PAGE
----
Author: Joe Barr
Let’s take a closer look at Ottink’s reasoning. He lists five reasons why Linux is doomed. I’ll deal with each of them in order.
- The Solaris software is of proven quality and at least equal or better then Linux and the open source model will assure that it stays up there.
The first part of this claim may very well be true, but the second reveals Ottink’s ignorance of the the free/open source worlds. Perhaps he thinks that a large, vital, worldwide, dedicated group of highly skilled Solaris kernel hackers is going to appear out of nowhere and make it so, simply because Sun has hung the “Open Source” sign out on Solaris 10. Sorry, just making the claim doesn’t make it so. To paraphrase a politico: I’ve met Linus Torvalds, and McNealy is no Linus Torvalds.
- By making it work with competing hardware platforms, there is no reason anymore to switch software to facilitate lower hardware costs.
I agree that making Solaris x86 compatible is going to make Solaris more competitive with PC based platforms. At the very least it will mean more users stay with Solaris longer than they would otherwise. But a mass migration away from Linux towards Solaris? That’s not a justified conclusion.
- Sun with Solaris has already a large installed base and by becoming free and open source there is no reason for existing Solaris users to switch to Linux.
Perhaps not as much reason, but exactly how free and how open will Solaris 10 be? The jury is still out on that. As free as Sun has made Java? Unless it is truly free software, it’s not going to get the cachet it needs with open source developers, and without that, it’s not going to thrive.
- Sun has a proven reputation in terms of quality of support. This should be at least as good or better then that of the Linux.
If quality of support is a wash, that doesn’t make a compelling reason to leave one platform for the other, period.
- Because Sun by default is the only designated party managing the open source software, there will be no risk of a version bonanza with multiple incompatible versions.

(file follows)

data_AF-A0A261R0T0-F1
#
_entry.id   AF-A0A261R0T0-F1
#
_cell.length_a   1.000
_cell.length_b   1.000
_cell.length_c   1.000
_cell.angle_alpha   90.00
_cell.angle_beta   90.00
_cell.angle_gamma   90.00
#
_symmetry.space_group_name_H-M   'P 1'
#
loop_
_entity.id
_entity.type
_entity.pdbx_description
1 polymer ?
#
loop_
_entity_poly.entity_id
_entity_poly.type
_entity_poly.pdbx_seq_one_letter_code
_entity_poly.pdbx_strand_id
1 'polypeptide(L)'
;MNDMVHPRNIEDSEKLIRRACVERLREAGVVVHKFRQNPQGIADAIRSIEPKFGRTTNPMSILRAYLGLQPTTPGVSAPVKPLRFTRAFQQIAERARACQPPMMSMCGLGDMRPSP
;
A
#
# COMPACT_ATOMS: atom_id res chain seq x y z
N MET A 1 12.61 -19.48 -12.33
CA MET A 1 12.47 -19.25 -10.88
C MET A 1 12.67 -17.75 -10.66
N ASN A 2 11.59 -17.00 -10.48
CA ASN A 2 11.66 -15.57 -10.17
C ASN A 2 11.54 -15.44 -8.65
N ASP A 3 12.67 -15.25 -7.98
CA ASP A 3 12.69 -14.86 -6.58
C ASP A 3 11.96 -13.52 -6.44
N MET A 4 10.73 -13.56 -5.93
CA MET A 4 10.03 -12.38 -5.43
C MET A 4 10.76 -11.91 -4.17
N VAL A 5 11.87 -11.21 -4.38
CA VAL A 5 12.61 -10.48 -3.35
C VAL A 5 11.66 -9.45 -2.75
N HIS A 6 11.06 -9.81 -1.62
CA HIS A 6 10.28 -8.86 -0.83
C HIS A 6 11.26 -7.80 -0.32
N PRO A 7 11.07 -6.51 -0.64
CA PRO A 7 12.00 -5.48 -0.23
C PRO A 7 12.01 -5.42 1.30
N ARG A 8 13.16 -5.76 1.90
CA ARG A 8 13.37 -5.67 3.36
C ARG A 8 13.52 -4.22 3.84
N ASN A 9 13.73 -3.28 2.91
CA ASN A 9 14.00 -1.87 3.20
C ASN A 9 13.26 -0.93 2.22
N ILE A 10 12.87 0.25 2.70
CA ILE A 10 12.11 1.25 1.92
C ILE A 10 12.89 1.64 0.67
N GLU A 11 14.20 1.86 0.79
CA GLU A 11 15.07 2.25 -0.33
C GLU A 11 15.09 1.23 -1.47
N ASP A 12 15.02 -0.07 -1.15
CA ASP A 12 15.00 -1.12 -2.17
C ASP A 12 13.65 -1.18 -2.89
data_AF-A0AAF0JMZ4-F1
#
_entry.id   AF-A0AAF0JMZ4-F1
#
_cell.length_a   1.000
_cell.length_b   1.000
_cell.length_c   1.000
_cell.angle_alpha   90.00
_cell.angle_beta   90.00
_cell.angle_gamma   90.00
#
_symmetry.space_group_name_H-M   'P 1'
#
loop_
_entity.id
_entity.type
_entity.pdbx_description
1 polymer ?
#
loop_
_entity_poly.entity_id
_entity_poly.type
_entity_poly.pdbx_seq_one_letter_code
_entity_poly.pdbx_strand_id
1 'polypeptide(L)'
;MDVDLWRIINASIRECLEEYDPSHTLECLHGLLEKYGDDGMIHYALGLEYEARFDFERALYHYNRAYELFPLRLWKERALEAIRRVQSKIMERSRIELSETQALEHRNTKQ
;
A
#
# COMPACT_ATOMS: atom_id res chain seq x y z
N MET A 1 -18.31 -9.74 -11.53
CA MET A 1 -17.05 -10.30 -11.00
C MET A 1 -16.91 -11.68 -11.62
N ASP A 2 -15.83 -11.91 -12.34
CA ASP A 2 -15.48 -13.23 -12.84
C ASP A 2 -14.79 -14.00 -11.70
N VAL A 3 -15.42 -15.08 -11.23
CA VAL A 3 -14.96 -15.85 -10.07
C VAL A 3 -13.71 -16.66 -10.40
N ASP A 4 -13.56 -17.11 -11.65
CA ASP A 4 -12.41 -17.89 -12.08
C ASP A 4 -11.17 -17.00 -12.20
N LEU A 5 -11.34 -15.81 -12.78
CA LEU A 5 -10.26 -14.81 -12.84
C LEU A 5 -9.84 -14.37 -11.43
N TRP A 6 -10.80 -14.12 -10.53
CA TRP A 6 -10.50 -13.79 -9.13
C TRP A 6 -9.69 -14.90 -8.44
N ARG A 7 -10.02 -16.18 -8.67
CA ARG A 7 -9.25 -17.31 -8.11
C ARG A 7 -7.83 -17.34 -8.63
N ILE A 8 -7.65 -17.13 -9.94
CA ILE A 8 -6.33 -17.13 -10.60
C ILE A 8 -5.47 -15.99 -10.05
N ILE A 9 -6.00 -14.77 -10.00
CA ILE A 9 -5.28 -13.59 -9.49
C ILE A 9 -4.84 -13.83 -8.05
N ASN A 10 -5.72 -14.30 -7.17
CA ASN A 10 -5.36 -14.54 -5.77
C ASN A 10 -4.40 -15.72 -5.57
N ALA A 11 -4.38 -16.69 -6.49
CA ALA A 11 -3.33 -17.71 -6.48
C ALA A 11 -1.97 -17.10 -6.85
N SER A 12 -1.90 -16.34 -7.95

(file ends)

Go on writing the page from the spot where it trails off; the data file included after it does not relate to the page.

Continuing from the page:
This last argument is simply FUD, but it does once more reveal the superficial level of understanding of open source that Ottink is working from. If Sun is managing the “open source” software, it’s not open source, is it?
There isn’t much danger of Windows forking either, but I don’t hear too many people calling Windows free and open.
He should get points for irony, though. A proprietary Unix spreading FUD about the danger of Linux forking? Please.
So on closer examination, there isn’t as much meat on Ottink’s claims as he might wish. I think it’s a safe bet that Linux will survive Solaris 10. A much safer bet than the opposite. In the end, Ottink’s thinking misses the mark because he is trying to measure a social phenomenon with economic metrics.
If it’s possible for Sun to build a community of kernel hackers who will lavish their care and love on Solaris for the joy of making McNealy money, then Linux is indeed in danger. But short of that rather unlikely turn of events, it’s not. Not from Sun Solaris, at any rate.
Let’s come back to this in a couple of years and compare the community of Linux kernel hackers with the community of Solaris 10 kernel hackers. If the Solaris “community” is as large, skilled, and productive as the Linux community, I’ll eat one of those Red Hats.
In a class move, Frank Ottink has retracted the opinion addressed in this piece. Not as a result of this story, but because he heard from many Linux developers trying to explain what it was he was missing. Read about it here.